Expect 1 to 2 Week Shipping Delays. Due to high call volumes, please click here if you need to contact us.

Understanding Common Breathing Disorders: Asthma

Thursday 4 June 2020
Asthma

Table of Contents


I. How Common is Asthma?

II. Symptoms

III. Causes and Risk Factors

IV. Am I Experiencing an Asthma Attack?

V. Diagnosing Asthma

VI. Treatment

a. Long-term Asthma Control Medications

b. Rescue Medications


How Common is Asthma?

Asthma is one of the most common lung diseases in the United States. Depending on the severity, asthma can lead to a disruption of everyday life and an inability to participate in physical activity. In the U.S. alone, there are 18 million adults with asthma and 6.2 million children affected by this breathing disorder. [1] 

Asthma is a condition in which the airways narrow, swell, and produce extra mucus. This can make breathing difficult and lead to symptoms of coughing, wheezing, and shortness of breath. This is a chronic disease and cannot be cured. Life-threatening asthma attacks can occur if your asthma is not well treated with medications like Ventolin. Read on to learn more about symptoms and treatments for asthma. [2]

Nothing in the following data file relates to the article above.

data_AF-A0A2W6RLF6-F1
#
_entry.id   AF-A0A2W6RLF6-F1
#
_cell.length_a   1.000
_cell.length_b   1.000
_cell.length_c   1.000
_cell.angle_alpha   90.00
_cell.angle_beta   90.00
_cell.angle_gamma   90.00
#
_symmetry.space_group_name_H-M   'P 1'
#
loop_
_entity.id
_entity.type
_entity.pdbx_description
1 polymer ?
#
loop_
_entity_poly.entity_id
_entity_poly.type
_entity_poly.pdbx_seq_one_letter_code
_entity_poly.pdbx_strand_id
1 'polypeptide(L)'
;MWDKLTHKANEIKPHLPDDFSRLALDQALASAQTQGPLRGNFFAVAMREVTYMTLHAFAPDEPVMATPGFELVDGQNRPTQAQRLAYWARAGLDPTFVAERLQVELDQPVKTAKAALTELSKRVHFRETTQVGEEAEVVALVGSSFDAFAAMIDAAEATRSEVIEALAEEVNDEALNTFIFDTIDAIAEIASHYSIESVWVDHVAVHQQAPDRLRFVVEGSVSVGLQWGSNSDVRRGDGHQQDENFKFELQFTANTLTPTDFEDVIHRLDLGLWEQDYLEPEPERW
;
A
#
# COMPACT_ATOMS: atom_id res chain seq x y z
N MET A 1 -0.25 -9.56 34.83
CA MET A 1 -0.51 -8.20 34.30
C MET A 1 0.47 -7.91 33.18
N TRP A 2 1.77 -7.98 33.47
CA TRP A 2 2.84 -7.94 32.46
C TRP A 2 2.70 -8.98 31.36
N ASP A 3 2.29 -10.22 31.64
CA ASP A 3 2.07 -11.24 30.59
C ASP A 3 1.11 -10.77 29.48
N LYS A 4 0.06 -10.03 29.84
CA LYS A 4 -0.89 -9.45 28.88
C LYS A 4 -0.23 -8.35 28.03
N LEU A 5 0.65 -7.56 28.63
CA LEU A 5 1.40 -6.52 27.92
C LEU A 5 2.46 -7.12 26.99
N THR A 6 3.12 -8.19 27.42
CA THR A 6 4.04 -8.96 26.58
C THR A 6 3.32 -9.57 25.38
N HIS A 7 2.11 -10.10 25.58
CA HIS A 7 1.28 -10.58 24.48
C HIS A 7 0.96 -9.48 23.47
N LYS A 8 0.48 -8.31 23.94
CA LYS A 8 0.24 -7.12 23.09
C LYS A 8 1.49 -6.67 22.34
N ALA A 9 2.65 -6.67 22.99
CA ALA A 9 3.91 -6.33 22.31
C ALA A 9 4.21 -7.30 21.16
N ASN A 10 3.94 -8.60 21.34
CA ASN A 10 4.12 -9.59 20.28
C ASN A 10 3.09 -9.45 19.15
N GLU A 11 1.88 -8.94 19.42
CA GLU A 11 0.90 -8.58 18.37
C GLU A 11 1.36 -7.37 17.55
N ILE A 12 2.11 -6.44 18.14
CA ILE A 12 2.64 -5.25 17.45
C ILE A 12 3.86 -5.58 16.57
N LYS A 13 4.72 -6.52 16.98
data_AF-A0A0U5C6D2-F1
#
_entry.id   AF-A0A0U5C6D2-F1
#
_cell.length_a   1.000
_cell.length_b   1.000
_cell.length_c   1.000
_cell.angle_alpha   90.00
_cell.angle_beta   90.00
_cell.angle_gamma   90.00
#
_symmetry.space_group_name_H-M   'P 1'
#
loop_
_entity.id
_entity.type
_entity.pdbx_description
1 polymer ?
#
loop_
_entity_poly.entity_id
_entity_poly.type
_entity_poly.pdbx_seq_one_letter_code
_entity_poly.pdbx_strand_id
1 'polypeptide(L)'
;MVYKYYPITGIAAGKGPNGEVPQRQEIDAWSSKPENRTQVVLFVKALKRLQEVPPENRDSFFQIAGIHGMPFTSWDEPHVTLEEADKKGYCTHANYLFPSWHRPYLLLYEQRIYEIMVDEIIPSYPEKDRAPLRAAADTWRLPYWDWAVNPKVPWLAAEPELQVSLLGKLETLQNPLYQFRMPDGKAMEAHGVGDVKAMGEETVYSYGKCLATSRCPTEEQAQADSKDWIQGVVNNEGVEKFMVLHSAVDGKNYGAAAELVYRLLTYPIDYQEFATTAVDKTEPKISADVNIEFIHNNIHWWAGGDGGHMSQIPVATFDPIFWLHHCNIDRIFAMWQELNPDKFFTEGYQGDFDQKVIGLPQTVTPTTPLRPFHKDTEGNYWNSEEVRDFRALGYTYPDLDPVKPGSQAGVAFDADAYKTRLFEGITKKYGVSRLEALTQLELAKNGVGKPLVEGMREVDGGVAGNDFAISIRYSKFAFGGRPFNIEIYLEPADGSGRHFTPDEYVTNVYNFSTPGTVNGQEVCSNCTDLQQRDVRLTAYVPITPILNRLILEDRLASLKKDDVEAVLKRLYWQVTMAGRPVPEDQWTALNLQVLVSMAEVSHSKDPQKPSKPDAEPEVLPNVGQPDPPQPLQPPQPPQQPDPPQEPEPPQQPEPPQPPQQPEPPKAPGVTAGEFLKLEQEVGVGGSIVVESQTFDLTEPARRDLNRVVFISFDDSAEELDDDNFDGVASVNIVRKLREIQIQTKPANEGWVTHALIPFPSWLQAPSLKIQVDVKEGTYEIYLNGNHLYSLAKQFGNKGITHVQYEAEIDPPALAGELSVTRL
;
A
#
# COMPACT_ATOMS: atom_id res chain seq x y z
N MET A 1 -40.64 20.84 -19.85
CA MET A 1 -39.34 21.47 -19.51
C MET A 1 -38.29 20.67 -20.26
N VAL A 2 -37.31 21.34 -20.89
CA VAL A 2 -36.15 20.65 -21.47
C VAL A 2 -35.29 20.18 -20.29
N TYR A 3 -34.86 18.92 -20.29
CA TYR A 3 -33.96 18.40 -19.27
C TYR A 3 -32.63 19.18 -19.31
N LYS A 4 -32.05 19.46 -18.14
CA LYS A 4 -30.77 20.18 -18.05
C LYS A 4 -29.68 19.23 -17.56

Symptoms

The symptoms of asthma can vary depending on your type of asthma. Bronchoconstriction of the airways causes shortness of breath. This squeezing of the airways causes the outside of the airways to tighten, which results in less air passing into the lungs. This makes it difficult to breathe. The other symptom of asthma involves an inflammation of the airways. The airways will become swollen and inflamed, which causes mucus to form and block the airway. It is best to consult your doctor if you experience shortness of breath, coughing, or chest tightness. [1] 

Causes and Risk Factors

Asthma can be caused by genetic factors, environmental factors, and exposure to substances that trigger allergies. The three types of asthma can include: